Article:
The message I internalized through all these toxic relationships was that I was not worthy of love. I felt useless. I wasn't just idle with despair, I was swallowed by it. Swallowed. Had I listened to this stanza, however, I would have seen what I needed to see. I would have been more diligent about seeking out the light. I would have worked harder to cultivate it within myself. This is my responsibility. It is the responsibility we all have. It is, in familiarizing ourselves with this light, that we can see and let go of toxicity, and limit its effects on us.

I had an experience quite a few years ago where I was helping a family member who ended up in very serious trouble because she had this same mentality, cultivated through an immature relationship with religion and authority. How many women get in trouble by thinking they can "save" individuals who have been swallowed by darkness? A lot, I think. We are not taught how to take care of ourselves, we are only taught how to take care of others. It became clear to me that if I didn't remove myself from the relationship, danger might come to my family. But another family member, not knowing the seriousness of the situation assumed that I was "One of those people who give up on people when they make just one mistake." No, not at all. Quite the opposite. I now joke that it's more like "Fool me once, shame on you, fool me twice, shame on me, fool me thrice, shame on me, fool me four times, shame on me, fool me five times, shame on me... fool me eight times, okay. Fine. F&#k you."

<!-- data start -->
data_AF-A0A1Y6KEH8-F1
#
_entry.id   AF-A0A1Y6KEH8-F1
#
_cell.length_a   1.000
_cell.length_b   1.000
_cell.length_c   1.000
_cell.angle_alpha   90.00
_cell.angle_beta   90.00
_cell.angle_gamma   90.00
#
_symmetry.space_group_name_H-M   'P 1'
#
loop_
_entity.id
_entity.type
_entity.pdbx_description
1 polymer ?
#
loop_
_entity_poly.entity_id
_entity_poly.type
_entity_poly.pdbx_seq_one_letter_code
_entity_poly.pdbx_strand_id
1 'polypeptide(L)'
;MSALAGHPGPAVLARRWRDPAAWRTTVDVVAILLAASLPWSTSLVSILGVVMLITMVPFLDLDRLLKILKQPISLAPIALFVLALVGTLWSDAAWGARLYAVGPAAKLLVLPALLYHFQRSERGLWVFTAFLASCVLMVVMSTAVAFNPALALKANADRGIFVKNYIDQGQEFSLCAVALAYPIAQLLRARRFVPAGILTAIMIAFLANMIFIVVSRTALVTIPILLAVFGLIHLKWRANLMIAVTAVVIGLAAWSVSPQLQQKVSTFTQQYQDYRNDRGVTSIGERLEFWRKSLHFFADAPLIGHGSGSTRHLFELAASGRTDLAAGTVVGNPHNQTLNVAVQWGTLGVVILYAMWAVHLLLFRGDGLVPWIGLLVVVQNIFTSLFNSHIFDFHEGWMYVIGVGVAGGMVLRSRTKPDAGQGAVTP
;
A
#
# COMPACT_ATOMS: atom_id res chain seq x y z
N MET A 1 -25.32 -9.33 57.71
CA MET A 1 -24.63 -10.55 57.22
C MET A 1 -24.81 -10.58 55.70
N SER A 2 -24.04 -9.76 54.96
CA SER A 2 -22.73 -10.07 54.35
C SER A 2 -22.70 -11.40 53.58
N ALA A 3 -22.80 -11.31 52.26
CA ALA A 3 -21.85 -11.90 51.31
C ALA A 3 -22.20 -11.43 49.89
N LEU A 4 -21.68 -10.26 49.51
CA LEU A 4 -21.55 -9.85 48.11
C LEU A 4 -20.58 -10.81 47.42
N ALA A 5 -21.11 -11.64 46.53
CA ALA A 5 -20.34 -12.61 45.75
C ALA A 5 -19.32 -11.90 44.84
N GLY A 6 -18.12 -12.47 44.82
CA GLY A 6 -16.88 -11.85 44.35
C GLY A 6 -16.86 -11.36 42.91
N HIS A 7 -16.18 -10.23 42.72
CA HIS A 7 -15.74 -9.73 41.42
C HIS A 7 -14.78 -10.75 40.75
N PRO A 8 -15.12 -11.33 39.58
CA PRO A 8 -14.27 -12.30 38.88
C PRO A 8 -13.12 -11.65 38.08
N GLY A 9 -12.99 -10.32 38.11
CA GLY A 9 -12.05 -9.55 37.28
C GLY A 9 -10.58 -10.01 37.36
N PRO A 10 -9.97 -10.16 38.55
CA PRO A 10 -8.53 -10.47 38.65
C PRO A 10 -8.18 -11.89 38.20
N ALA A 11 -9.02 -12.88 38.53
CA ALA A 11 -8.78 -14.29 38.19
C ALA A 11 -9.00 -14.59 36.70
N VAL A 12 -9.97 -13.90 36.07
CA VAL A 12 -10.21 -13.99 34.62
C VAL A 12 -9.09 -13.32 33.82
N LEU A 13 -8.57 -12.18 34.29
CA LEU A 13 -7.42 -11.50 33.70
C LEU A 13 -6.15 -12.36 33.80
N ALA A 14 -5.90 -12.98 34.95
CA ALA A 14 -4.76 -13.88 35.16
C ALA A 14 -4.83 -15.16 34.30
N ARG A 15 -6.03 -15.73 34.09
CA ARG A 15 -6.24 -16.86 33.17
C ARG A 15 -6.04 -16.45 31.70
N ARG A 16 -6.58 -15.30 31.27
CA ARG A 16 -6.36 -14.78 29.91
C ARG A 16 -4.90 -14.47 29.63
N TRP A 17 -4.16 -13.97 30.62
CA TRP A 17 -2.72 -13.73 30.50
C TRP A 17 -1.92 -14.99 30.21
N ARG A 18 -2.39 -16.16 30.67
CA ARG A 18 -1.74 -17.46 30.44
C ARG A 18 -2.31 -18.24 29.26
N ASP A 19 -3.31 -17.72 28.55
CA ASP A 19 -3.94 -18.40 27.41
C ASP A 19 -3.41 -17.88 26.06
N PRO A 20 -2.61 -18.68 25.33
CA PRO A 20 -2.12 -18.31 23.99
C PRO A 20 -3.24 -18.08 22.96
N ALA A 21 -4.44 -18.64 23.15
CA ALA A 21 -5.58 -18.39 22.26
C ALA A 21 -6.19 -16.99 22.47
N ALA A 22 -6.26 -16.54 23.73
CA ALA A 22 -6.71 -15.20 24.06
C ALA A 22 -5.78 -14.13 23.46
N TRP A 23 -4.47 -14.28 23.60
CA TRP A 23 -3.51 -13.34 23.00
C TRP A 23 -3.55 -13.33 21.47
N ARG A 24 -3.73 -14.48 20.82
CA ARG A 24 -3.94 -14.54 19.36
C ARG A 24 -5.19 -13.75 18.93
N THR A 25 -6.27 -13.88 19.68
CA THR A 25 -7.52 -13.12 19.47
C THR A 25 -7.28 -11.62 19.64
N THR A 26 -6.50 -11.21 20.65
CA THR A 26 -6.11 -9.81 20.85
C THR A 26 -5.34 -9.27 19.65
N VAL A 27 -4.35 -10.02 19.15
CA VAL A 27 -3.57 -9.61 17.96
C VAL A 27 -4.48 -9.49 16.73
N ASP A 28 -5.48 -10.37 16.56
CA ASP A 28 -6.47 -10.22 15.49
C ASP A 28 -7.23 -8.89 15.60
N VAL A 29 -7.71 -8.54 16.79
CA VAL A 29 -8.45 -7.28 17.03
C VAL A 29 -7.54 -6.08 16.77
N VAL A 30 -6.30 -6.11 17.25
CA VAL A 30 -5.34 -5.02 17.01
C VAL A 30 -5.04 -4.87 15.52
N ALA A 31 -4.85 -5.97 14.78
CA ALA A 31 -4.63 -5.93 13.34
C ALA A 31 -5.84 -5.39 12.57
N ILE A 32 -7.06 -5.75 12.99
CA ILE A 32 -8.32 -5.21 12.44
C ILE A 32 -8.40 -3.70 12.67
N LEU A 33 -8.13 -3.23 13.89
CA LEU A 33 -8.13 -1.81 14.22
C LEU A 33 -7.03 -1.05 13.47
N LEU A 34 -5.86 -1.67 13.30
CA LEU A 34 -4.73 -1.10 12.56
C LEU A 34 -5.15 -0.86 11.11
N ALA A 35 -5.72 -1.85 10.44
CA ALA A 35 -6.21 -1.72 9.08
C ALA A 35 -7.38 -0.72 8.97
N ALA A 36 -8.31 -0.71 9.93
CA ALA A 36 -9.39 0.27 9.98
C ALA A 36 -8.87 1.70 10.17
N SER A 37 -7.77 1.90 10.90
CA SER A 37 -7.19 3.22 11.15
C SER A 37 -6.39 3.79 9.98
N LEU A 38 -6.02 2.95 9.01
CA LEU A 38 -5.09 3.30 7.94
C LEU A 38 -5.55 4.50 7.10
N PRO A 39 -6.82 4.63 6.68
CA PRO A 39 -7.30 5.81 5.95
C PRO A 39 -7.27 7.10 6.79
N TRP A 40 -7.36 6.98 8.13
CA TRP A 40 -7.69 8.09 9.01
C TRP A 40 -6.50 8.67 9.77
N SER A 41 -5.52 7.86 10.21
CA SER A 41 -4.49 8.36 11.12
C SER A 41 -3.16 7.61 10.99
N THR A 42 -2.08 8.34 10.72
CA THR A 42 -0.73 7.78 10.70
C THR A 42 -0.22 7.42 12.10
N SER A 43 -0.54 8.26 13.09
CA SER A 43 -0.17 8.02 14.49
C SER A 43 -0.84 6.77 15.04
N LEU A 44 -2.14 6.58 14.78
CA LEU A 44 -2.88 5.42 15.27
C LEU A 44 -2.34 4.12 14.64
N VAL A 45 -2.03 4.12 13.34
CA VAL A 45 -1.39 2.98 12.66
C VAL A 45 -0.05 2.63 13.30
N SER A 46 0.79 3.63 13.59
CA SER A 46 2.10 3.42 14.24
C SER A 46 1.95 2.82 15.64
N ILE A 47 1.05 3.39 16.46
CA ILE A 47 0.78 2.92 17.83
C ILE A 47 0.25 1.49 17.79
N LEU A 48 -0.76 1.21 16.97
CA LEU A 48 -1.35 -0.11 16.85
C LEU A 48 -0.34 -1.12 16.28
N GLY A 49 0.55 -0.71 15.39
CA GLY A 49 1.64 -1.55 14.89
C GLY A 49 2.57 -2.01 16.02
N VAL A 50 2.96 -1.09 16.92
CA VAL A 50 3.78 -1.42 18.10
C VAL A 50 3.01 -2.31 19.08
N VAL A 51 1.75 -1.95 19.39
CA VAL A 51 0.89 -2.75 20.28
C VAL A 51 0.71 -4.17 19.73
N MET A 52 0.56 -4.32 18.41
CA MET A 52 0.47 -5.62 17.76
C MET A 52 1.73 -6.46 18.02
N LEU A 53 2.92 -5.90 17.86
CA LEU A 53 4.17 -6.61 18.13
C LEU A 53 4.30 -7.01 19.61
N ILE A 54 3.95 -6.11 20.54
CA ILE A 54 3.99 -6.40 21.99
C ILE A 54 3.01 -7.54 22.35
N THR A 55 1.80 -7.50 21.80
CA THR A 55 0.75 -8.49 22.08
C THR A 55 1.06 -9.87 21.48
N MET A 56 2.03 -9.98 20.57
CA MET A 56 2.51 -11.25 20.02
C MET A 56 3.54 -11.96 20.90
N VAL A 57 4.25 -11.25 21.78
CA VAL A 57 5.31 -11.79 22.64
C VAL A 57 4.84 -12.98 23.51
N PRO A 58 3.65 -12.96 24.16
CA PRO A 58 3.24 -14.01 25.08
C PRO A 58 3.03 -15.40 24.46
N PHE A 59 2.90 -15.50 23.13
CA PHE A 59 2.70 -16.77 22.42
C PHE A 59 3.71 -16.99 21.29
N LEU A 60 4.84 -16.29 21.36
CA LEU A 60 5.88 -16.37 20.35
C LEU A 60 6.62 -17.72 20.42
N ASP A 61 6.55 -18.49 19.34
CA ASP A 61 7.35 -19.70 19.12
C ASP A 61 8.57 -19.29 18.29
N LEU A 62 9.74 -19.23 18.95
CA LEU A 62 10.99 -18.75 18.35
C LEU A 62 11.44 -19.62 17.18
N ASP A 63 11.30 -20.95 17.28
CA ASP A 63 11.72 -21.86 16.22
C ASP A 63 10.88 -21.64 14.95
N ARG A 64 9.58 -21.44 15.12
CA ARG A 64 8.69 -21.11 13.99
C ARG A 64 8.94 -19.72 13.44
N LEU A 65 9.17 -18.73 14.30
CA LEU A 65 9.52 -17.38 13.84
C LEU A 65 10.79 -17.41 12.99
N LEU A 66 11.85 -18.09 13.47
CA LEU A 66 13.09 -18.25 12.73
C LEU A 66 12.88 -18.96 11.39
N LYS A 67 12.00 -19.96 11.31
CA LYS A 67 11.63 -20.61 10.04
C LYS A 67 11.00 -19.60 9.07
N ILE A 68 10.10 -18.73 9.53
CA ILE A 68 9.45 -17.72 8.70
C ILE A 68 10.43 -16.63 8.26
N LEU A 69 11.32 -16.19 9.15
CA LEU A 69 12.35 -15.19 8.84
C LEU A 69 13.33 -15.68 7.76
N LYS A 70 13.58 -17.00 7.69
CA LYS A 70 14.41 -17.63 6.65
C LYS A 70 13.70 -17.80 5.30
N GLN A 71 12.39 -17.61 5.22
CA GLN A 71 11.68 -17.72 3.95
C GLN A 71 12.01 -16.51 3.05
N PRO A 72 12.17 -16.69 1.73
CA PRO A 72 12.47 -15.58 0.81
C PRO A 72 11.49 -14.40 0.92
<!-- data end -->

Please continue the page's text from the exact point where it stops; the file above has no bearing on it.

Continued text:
I don't have time or energy for these kinds of relationships. I don't have time for lack of reciprocity. It is my duty to take care of myself, to cultivate my inner light, so I can do what I am here to do, which is to amplify love, not waste it.

Jewel, thanks for letting me see how to do that:

"Poverty stole your golden shoes
It didn't steal your laughter
And heartache came to visit me
But I knew it wasn't ever after
We'll fight, not out of spite
For someone must stand up for what's right
Cause where there's a man who has no voice
There ours shall go singing." - Jewel

The universe has put me in a position of having a lot of time and head space. I am not going to use this gift to help people who are capable of helping themselves. I am going to use it to help people who, despite having a tough road to bear, are constantly working to better themselves, to cultivate their inner light, to cultivate their laughter. I will sing for the people who have no voice, and stop giving pieces of myself to people who simply could care less, or feel entitled to my love.

I have to love myself, be kind to myself, and let go of toxic one-way relationships, so I am not inadvertently feeding the darkness in the world.

I have to let go, appropriately, to cultivate my light.

"In the end, only kindness matters." Yes, it's true. But first and foremost, we need to be kind to ourselves, and only then can we see what needs to be let go.

Thank you, Jewel, for using your voice to help me see how to help myself and others.

With gratitude for your gift,